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Layton police: Fatal autoped near hospital may have been suicide

Published January 3, 2014 11:34 am

Psychiatric evaluation • Man hit by car on I-15 had just fled guards, police.
This is an archived article that was published on sltrib.com in 2014, and information in the article may be outdated. It is provided only for personal research purposes and may not be reprinted.

A man fatally struck by cars on Interstate 15 in Layton had just fled a nearby hospital, where he was to undergo an involuntary psychiatric evaluation, and was being chased by security and local law officers at the time his death.

James Flynn, 29, had been admitted to Davis Hospital earlier Thursday by Syracuse police. About 6 p.m., as Layton police arrived at the hospital on another matter, Flynn broke loose from hospital security and fled the grounds. Layton police joined guards in trying to take Flynn into custody.

"He ran out of the hospital and into the east-side parking lot, where he jumped over a fence and onto an off-ramp," said Layton police Lt. Shawn Horton. "One of our officers said it appeared he was trying to get into the [travel] lanes, apparently attempting suicide."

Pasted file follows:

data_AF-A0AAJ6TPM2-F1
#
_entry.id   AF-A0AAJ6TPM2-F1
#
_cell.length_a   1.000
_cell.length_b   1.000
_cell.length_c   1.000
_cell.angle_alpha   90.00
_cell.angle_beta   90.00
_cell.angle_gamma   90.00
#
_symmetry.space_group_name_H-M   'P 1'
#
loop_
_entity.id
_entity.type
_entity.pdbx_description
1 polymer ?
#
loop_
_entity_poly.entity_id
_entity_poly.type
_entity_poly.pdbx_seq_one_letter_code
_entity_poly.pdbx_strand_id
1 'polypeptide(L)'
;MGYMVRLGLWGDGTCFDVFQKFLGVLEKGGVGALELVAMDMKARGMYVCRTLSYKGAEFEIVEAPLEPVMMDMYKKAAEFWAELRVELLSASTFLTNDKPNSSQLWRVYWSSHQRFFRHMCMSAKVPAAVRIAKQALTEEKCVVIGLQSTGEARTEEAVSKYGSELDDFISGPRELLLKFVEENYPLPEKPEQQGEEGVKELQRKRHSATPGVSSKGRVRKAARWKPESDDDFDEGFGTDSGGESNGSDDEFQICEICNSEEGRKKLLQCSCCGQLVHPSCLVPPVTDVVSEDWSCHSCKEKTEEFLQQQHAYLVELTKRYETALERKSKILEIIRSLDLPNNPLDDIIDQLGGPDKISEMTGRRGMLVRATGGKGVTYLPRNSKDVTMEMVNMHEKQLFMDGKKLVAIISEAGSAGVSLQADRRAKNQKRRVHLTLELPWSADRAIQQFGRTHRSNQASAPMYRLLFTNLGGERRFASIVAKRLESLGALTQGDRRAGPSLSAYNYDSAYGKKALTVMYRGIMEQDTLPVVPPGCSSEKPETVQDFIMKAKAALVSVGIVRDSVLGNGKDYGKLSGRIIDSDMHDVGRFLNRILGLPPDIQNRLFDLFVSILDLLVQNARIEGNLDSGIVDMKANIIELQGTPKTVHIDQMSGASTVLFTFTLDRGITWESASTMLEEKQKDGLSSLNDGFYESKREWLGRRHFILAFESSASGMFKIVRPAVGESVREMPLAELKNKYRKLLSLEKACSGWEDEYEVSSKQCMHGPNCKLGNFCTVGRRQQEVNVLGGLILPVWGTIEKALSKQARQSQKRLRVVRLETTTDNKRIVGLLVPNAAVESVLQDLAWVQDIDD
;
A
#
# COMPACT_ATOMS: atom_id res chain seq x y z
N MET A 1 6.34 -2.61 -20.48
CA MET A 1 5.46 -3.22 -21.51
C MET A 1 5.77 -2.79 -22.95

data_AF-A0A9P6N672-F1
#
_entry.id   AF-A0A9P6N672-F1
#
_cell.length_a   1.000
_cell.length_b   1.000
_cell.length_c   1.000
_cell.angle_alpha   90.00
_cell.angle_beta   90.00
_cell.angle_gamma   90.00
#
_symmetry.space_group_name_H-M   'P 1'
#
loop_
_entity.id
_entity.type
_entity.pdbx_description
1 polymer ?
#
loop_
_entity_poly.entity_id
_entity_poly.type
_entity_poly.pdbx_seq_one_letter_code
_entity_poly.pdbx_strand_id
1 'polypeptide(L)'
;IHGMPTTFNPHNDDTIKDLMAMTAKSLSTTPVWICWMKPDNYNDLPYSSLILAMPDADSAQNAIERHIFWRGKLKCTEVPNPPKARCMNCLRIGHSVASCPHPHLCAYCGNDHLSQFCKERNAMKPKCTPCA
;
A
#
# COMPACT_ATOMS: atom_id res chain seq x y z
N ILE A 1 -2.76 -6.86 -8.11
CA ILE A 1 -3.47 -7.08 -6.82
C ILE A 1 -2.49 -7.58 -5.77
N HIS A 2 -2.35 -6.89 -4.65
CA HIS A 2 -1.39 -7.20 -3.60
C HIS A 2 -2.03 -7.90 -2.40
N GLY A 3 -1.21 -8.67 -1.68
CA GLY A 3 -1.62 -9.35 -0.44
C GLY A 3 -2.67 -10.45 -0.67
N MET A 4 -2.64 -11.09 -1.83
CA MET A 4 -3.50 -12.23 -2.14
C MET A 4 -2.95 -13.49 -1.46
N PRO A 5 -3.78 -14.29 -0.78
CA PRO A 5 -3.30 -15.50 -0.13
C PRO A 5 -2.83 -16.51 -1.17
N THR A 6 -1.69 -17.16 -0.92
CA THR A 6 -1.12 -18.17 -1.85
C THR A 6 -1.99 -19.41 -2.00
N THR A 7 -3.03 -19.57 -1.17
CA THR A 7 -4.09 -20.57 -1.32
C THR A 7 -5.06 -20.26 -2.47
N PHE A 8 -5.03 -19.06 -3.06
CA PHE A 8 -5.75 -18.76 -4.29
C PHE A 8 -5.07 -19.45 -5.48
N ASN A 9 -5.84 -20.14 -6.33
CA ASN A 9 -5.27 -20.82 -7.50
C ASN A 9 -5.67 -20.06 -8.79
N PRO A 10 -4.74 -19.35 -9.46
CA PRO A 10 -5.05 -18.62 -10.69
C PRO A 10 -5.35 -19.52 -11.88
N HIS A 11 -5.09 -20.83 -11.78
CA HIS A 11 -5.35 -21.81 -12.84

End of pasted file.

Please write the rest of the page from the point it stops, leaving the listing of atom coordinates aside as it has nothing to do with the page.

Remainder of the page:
As officers pleaded with Flynn to return, he reportedly continued to wander on the southbound lanes of I-15 until he was struck by first one car and then another. Layton officers immediately halted traffic and retrieved Flynn, administering CPR until medical personnel arrived.

A short time later, Flynn was pronounced dead by doctors at Davis Hospital.

Utah Highway Patrol troopers closed down a portion of I-15 near Layton for nearly three hours while the investigation was conducted.

UHP Sgt. Todd Royce said Friday that the official determination on cause of death would not be released until after evidence, including an autopsy, is reviewed.

Syracuse police did not inquiries seeking background on what led Flynn being taken to the hospital.

A search of 2nd District Court records found Flynn had a record of past drug-related, speeding, assault, theft and trespassing convictions over the past decade.

remims@sltrib.com

Twitter: @remims